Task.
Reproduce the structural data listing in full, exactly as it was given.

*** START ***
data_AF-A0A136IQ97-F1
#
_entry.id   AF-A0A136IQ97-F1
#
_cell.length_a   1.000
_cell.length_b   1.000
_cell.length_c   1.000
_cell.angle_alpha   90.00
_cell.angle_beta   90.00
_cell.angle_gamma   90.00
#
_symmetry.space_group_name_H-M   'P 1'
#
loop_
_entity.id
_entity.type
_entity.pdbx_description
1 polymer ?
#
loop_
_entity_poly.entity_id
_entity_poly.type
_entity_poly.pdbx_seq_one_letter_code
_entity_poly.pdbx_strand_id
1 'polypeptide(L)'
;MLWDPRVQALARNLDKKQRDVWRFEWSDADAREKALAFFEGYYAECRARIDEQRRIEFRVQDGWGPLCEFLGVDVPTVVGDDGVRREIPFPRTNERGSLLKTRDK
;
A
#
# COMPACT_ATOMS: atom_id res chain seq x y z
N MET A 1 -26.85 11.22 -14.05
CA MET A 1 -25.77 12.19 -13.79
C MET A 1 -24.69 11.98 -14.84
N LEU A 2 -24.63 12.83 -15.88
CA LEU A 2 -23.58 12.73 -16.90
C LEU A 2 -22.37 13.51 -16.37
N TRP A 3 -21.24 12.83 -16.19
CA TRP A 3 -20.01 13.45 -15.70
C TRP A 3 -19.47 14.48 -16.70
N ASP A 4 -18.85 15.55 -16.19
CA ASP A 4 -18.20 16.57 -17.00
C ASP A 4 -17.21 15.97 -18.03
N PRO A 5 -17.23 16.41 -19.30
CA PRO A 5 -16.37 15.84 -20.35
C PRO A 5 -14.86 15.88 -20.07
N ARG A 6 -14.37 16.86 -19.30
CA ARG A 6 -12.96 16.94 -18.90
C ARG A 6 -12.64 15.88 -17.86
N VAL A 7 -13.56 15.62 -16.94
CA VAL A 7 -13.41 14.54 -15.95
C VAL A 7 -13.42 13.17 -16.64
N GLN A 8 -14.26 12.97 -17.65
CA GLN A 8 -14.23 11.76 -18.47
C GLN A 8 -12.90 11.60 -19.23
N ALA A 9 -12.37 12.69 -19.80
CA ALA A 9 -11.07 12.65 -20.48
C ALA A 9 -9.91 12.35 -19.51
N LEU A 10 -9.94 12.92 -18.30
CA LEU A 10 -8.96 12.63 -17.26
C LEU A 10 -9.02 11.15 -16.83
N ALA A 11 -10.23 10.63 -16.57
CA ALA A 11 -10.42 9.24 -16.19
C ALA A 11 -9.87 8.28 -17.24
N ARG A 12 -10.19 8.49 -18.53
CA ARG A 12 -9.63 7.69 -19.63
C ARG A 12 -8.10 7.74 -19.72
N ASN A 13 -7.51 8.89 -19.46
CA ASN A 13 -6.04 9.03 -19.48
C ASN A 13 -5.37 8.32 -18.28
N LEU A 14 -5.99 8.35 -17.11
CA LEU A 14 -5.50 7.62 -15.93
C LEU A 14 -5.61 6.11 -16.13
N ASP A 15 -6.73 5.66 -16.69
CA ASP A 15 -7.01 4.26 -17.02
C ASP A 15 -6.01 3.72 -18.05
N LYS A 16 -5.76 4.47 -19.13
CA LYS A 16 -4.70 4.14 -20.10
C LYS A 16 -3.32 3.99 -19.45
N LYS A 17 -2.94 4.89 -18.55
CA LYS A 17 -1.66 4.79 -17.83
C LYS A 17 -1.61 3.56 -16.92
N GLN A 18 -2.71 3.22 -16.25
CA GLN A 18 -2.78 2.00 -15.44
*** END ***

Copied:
data_AF-A0A136IQ97-F1
#
_entry.id   AF-A0A136IQ97-F1
#
_cell.length_a   1.000
_cell.length_b   1.000
_cell.length_c   1.000
_cell.angle_alpha   90.00
_cell.angle_beta   90.00
_cell.angle_gamma   90.00
#
_symmetry.space_group_name_H-M   'P 1'
#
loop_
_entity.id
_entity.type
_entity.pdbx_description
1 polymer ?
#
loop_
_entity_poly.entity_id
_entity_poly.type
_entity_poly.pdbx_seq_one_letter_code
_entity_poly.pdbx_strand_id
1 'polypeptide(L)'
;MLWDPRVQALARNLDKKQRDVWRFEWSDADAREKALAFFEGYYAECRARIDEQRRIEFRVQDGWGPLCEFLGVDVPTVVGDDGVRREIPFPRTNERGSLLKTRDK
;
A
#
# COMPACT_ATOMS: atom_id res chain seq x y z
N MET A 1 -26.85 11.22 -14.05
CA MET A 1 -25.77 12.19 -13.79
C MET A 1 -24.69 11.98 -14.84
N LEU A 2 -24.63 12.83 -15.88
CA LEU A 2 -23.58 12.73 -16.90
C LEU A 2 -22.37 13.51 -16.37
N TRP A 3 -21.24 12.83 -16.19
CA TRP A 3 -20.01 13.45 -15.70
C TRP A 3 -19.47 14.48 -16.70
N ASP A 4 -18.85 15.55 -16.19
CA ASP A 4 -18.20 16.57 -17.00
C ASP A 4 -17.21 15.97 -18.03
N PRO A 5 -17.23 16.41 -19.30
CA PRO A 5 -16.37 15.84 -20.35
C PRO A 5 -14.86 15.88 -20.07
N ARG A 6 -14.37 16.86 -19.30
CA ARG A 6 -12.96 16.94 -18.90
C ARG A 6 -12.64 15.88 -17.86
N VAL A 7 -13.56 15.62 -16.94
CA VAL A 7 -13.41 14.54 -15.95
C VAL A 7 -13.42 13.17 -16.64
N GLN A 8 -14.26 12.97 -17.65
CA GLN A 8 -14.23 11.76 -18.47
C GLN A 8 -12.90 11.60 -19.23
N ALA A 9 -12.37 12.69 -19.80
CA ALA A 9 -11.07 12.65 -20.48
C ALA A 9 -9.91 12.35 -19.51
N LEU A 10 -9.94 12.92 -18.30
CA LEU A 10 -8.96 12.63 -17.26
C LEU A 10 -9.02 11.15 -16.83
N ALA A 11 -10.23 10.63 -16.57
CA ALA A 11 -10.42 9.24 -16.19
C ALA A 11 -9.87 8.28 -17.24
N ARG A 12 -10.19 8.49 -18.53
CA ARG A 12 -9.63 7.69 -19.63
C ARG A 12 -8.10 7.74 -19.72
N ASN A 13 -7.51 8.89 -19.46
CA ASN A 13 -6.04 9.03 -19.48
C ASN A 13 -5.37 8.32 -18.28
N LEU A 14 -5.99 8.35 -17.11
CA LEU A 14 -5.50 7.62 -15.93
C LEU A 14 -5.61 6.11 -16.13
N ASP A 15 -6.73 5.66 -16.69
CA ASP A 15 -7.01 4.26 -17.02
C ASP A 15 -6.01 3.72 -18.05
N LYS A 16 -5.76 4.47 -19.13
CA LYS A 16 -4.70 4.14 -20.10
C LYS A 16 -3.32 3.99 -19.45
N LYS A 17 -2.94 4.89 -18.55
CA LYS A 17 -1.66 4.79 -17.83
C LYS A 17 -1.61 3.56 -16.92
N GLN A 18 -2.71 3.22 -16.25
CA GLN A 18 -2.78 2.00 -15.44